The next catch gave Salil Ankola — a third debutant (Shahid Saeed was the other) — his maiden Test wicket. Saleem Malik pulled a bouncer; there was nothing wrong with the shot — barring the fact that Azhar, at wide mid-wicket, somehow managed to shove his fingers under the ball and roll over.

The fourth was the easiest of them all (“he made it look easy” is perhaps the right way to describe it): Azhar, at wide second slip, merely dived to his ride to catch Javed Miandad off Kapil.

The fifth was not meant for Azhar. It was definitely closer to first slip than second after Wasim Akram tried to smash Prabhakar. But Azhar dived, caught it in one fluid motion, and stood up in front of first slip. Yes, he did equal the world record for most catches in a Test innings.

Retention

Pakistan dominated for most parts of the Test. They got a 147-run lead and set India 453 in four sessions. India finished on 303 for 3. Azhar scored 35 in each innings. That, along with those catches, was enough for him to be retained. He scored a hundred in the next Test, and 77 and 52 in his next two innings.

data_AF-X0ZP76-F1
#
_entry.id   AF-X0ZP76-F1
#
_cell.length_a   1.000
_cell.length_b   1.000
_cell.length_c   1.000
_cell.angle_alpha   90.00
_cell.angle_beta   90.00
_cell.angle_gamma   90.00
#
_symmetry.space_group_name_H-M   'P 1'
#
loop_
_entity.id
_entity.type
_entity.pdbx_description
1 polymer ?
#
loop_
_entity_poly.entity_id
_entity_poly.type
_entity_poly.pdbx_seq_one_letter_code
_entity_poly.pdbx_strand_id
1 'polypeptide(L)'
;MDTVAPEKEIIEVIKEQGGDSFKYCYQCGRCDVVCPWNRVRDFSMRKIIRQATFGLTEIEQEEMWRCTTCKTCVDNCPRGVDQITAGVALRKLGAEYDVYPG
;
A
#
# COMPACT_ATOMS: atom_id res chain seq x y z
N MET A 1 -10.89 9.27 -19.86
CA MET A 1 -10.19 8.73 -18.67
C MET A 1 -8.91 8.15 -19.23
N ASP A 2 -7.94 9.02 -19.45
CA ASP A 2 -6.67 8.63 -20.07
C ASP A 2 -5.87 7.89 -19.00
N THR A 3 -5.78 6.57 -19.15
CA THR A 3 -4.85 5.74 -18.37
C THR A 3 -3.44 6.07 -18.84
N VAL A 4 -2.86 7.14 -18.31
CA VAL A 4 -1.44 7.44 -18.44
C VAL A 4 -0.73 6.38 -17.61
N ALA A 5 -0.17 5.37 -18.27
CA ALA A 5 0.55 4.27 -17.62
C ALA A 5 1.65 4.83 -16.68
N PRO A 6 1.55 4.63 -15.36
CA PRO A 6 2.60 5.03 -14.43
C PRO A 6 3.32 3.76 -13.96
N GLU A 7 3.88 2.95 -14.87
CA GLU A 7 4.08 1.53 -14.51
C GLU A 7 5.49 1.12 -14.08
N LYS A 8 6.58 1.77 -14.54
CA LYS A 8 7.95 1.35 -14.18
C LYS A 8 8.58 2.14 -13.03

Legend goes that Raj Singh Dungarpur, then Chairman of Selectors, approached Azhar during a domestic match a few days later with the historic question: “Miyan, captain banoge?” (Do you want to lead, mate?).

Azhar was captain of the Indian team that would leave for New Zealand two months after the Karachi Test. He had led only 4 times in First-Class cricket till then, all of them after returning from the Pakistan tour.

He would go on to lead India almost through the 1990s, making them invincible at home and vulnerable overseas. He would also succumb to temptations away from the field, but this is not the place for that.

Brief scores:

Pakistan 409 (Shoaib Mohammad 67, Javed Miandad 78, Imran Khan 109*; Kapil Dev 4 for 69, Manoj Prabhakar 5 for 104) and 305 for 5 decl. (Shoaib Mohammad 95, Saleem Malik 102*; Kapil Dev 3 for 82) drew with India 262 (Kapil Dev 55, Kiran More 58*; Wasim Akram 4 for 83, Waqar Younis 4 for 80) and 303 for 3 (Navjot Sidhu 85, Sanjay Manjrekar 113*).

Man of the Match: Kapil Dev.